Also, consider changing your filter sand if you are starting to have to backwash your filter every few days to keep your pools circulating system flowing properly.
My Sand Is Channeled How To Fix It
- Open up the filter so the sand bed is exposed.
- Stick a garden hose into the sand and turn on the water. The sand should loosen up and all the dirt and gunk should float and overflow out of the filter.
- You might need to stir up the sand a bit. Keep this up until the water overflowing out of the filter is clean.
- If any sand is clumped together CAREFULLY break it up with something like a broom handle but BE VERY CAREFUL NOT TO DAMAGE THE LATERALS. You will be surprised at how much stuff this gets out of your filter that backwashing doesn’t and I feel this ‘deep cleaning’ should be done yearly.
- This should take care of the channeling but if the sand has a lot of calcium deposits you might want to follow this up with an acidic sand filter cleaner from the pool store.
- GENTLY tap on the sand tank with a rubber mallot and watch the pressure gauge climb about 2 psi.
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Can You Backwash Too Much
If you backwash your pool too much i.e. time duration and/or close frequency then yes you can cause a lot of problems.
Some problems that can arise from backwashing your sand pool filter too much are:
- Loss of water 500+ litres of water can be lost in each backwashing cycle
- Loss of silica sand resulting in increased consumption and replacement costs
- Dilution of chemicals resulting in higher sanitisation costs
- Lower overall filtration quality and lifespan.
Why Is There Sand At The Bottom Of My Pool
- The sand you are using could be too small. Sand that is too small can travel through the laterals in the bottom of your filter and back to the pool. #20 silica sand, .45-.55mm in size, is required. This can be obtained at your local Hayward dealer.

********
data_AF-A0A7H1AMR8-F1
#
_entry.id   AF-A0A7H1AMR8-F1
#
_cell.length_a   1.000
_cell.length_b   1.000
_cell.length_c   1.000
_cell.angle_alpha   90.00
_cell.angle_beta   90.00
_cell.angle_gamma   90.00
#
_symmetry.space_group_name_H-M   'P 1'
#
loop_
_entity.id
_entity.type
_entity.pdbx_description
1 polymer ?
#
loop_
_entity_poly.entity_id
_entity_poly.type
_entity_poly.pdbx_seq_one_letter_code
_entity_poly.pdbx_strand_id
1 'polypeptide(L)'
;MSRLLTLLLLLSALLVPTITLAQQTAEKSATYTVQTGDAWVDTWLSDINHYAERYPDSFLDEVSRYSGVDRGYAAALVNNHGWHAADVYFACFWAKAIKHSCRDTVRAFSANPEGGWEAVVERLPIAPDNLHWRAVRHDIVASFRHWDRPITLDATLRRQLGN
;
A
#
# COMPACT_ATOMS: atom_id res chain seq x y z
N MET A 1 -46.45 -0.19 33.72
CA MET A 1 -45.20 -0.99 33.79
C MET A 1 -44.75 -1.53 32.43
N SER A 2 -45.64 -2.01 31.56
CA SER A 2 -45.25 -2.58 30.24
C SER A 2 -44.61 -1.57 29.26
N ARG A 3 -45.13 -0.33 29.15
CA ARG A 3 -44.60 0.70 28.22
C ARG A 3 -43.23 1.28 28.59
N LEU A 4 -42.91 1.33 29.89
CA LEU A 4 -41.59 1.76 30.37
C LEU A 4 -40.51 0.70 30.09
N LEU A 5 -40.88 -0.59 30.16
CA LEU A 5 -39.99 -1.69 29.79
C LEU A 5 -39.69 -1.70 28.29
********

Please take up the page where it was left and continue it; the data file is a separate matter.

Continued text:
- Prior to adding sand, remember to always remove a lateral from the lateral assembly at the bottom of the filter. Try putting some of the sand you are going to add inside the lateral. Other than debris sand , 99% of the sand should stay inside the lateral. If most of the sand comes through the holes of the lateral, the sand is too small.Your pump may be too large or the sand level too high in the filter. When the filter is backwashing the water flow can cause the sand to rise high enough and overflow into the standpipe, which will allow the sand back into the pool. Refer to the Hayward owners guide or the filter label for the correct amount of sand for your filter.
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How To Backwash A Sand Filter Full Step By Step Guide
If you have a swimming pool with a sand filter then quite frequently you will need to backwash the filter to remove the dirt and other debris that gets trapped in it as part of your regular swimming pool maintenance.
Backwashing a pool sand filter is a simple, straightforward process that involves switching the filter valve setting of the pool sand filter to Backwash and then running the pool pump for a few minutes. This reverses the flow of water in the filter which flushes the dirt out of the sand and discharges it through the water outlet.
When you backwash a sand filter system, you are reversing the flow of pool water through the pool filter sand. The water passes through the filter from the bottom, rather than from the top, and dislodges all the dirt particles lodged in the filter sand to restore optimum filtration. The dirt is then expelled, either to the sewer or the yard/garden, depending on the set up.
When To Clean Your Sand Filter
Maintaining and cleaning sand filters can be a little more work than cleaning cartridge and diatomaceous earth filters, but there’s no need to worry! Once you know how to clean your sand filter, you’ll see it’s easy enough to do, and the results are sure to make your swim more enjoyable.
When should I clean my sand filter?
Now that you know why and when to clean your sand filter, let’s get to the how!
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When To Replace The Sand In Your Pool Filter
In general, the sand in your pool filter should be replaced every three to five years. However, the working life of silica filter sand depends on how often you use the pool, oil and grease levels in the water, and if you have hard water.
If you notice your filter running slowly or inefficiently, or the backwash cycles are shorter than normal, chances are your filter sand is dirty and clogged.
With excess oil and grease buildup, the sand sticks together, and water cannot pass through as intended. Instead, it creates a channel along the side of the clumped sand and gets pumped back into the pool without filtration.